Category: Sacramentals and Relics

Sacramentals: The sacramentals that are most familiar to us are the rosary, the brown scapular, and the miraculous medal. They all have this in common: they are blessed, visible objects that the Church sanctions for holy uses in order to achieve through the merits of the faithful certain effects, mainly of a spiritual nature. Although, like the sacraments, they are visible signs of spiritual things, they do not confer sanctifying grace ex opere operato, but ex opere operantis.  The conferring of sanctifying grace by a worthy reception of any of the seven sacraments is achieved by the operation of the act itself. Sacramentals, on the other hand, confer grace grace dependent on the subjective devotion of the individual using them.  The more fervent the recipient is in using the sacramental, the greater the increase of grace.

Other commonly used sacramentals are holy water, blessed oil, blessed candles, various approved scapulars, and many approved medals, such as the St. Benedict Medal, which is the oldest and most highly indulgenced of all sacramental objects.  But the term covers much more.  Excepting the sacraments and the public prayer of the Church (divine office and five litanies) blessings of ashes and palms, blessed foods, and even the Confiteors and Creeds and the giving of alms can all be considered sacramental.

The Church has always honored the bodies of the faithful departed in her funeral and burial rites. Just as the body of the deceased is blessed and sprinkled with holy water, so, too, is the very ground in which the deceased is buried, a consecrated ground. All of this is to give reverence to the body of the faithful departed, which was once a temple of the Holy Ghost, and which will rise at the last day in immortal glory.

Our flagship article for sacramentals is Catholic Sacramentals — Gifts of Grace.

Relics: The bodies of the canonized saints or blesseds are more worthy of veneration because these bodies were employed in heroic acts of love of God and neighbor.  They may be the saint’s entire remains (in some cases the body is incorrupt), or a part of the body. These are first class relics and they are often venerated in churches in glass sarcophagi or reliquaries. Second class relics are taken from the clothing of the saint. Third class relics can include anything touched by the saint. God often grants favors to those who venerate the relics of His saints, i.e., spiritual blessings and cures. Such favors, if they are miraculous, are God’s sign that the holy person is worthy of canonization.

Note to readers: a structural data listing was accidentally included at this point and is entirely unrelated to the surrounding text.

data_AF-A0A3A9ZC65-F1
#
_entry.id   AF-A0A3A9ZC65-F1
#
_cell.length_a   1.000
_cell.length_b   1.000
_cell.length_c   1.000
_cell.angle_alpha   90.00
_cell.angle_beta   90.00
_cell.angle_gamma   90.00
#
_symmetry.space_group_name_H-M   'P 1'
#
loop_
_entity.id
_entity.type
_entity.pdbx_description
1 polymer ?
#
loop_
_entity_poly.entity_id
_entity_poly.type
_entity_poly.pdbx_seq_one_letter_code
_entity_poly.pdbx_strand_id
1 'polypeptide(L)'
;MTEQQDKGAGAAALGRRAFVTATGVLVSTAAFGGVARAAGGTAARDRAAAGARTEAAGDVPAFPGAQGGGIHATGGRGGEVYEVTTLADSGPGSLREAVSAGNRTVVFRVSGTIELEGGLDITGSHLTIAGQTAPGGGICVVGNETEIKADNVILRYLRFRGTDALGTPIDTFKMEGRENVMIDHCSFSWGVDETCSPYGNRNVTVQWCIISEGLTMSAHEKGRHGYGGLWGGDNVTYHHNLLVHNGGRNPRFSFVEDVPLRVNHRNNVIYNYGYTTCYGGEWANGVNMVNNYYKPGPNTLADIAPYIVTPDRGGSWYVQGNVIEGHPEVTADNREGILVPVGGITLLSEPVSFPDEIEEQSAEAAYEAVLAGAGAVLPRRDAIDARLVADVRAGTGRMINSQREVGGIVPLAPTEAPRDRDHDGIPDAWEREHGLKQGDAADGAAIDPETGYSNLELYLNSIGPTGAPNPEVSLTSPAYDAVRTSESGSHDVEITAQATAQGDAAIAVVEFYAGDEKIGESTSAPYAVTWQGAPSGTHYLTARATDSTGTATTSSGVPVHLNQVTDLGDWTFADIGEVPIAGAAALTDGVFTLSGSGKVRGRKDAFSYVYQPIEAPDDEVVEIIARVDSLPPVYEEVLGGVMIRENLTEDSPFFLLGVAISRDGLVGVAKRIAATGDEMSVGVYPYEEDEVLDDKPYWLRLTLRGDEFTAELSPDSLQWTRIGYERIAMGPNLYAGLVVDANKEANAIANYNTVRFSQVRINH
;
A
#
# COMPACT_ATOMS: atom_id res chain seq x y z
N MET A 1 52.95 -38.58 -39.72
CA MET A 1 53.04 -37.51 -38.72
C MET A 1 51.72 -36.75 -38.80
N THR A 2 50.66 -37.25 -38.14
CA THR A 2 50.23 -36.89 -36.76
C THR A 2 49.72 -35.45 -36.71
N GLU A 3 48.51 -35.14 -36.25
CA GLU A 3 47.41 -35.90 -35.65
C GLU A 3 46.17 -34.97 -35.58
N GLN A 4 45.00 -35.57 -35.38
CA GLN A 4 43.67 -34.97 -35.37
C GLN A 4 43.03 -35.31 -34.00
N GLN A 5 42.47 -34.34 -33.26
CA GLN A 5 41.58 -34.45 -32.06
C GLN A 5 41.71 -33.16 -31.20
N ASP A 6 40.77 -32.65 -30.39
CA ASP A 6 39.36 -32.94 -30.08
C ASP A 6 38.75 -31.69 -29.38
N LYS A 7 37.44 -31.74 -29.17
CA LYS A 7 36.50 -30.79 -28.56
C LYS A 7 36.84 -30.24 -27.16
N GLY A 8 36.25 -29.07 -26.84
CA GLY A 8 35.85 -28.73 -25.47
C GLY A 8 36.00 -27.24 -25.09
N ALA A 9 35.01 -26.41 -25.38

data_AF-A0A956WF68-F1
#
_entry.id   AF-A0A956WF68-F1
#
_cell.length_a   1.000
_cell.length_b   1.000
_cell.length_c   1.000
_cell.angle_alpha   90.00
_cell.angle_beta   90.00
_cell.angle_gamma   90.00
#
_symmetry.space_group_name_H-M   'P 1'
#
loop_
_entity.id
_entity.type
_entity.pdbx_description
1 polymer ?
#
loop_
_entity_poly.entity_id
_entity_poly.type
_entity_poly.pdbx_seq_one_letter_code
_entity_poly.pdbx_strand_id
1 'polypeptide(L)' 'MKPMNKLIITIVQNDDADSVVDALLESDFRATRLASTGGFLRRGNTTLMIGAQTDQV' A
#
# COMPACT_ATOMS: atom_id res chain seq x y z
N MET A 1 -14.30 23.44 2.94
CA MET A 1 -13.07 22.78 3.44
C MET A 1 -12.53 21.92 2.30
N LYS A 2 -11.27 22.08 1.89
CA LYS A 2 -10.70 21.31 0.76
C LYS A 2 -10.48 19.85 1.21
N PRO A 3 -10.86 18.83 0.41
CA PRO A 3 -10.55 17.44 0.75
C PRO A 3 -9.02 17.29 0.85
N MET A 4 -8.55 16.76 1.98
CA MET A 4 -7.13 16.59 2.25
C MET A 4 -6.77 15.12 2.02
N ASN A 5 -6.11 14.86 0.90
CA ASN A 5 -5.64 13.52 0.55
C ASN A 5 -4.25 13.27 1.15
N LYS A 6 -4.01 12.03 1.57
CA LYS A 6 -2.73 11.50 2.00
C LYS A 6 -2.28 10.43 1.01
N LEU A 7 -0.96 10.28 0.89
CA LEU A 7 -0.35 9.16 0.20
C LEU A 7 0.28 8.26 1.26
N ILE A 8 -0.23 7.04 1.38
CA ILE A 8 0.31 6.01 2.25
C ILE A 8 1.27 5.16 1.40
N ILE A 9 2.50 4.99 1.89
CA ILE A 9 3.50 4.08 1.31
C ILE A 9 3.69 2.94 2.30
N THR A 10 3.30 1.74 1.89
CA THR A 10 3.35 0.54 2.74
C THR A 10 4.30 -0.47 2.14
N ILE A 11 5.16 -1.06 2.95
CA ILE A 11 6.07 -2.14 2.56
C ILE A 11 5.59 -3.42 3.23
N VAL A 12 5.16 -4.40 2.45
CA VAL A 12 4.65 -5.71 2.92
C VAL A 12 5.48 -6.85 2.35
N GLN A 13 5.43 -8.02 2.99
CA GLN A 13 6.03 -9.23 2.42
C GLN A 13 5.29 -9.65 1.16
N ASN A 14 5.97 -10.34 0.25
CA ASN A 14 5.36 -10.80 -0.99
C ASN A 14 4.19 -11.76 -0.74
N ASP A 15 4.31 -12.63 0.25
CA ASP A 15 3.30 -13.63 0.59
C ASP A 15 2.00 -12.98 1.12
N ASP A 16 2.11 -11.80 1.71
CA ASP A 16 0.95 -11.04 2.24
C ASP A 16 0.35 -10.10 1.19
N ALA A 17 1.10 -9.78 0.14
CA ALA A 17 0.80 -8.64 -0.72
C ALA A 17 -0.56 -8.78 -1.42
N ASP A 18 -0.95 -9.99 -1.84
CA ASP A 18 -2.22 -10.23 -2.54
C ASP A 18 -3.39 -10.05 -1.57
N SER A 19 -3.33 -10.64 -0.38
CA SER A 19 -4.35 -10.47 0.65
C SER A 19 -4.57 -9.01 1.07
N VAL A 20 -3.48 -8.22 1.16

Our flagship article for relics is Left Behind.

David Ortiz Wears The Scapular

And, on a lesser note, Red Sox romp over Detroit last night (September 4) 20-4. Here’s a picture of David Ortiz wearing what appears to be a red scapular. From Uni7Watch  August 8, 2013 : Anyone know what that is around David … Continue reading

Oldest Daughter of the Church

The American in Paris of Traditionalist bent will, in addition to the usual sights, doubtless seek out the Traditional Mass at such churches as the SSPX’s Saint Nicolas-du-Chardonnet or else Versailles’ Notre Dame des Armees. After Mass, he will then … Continue reading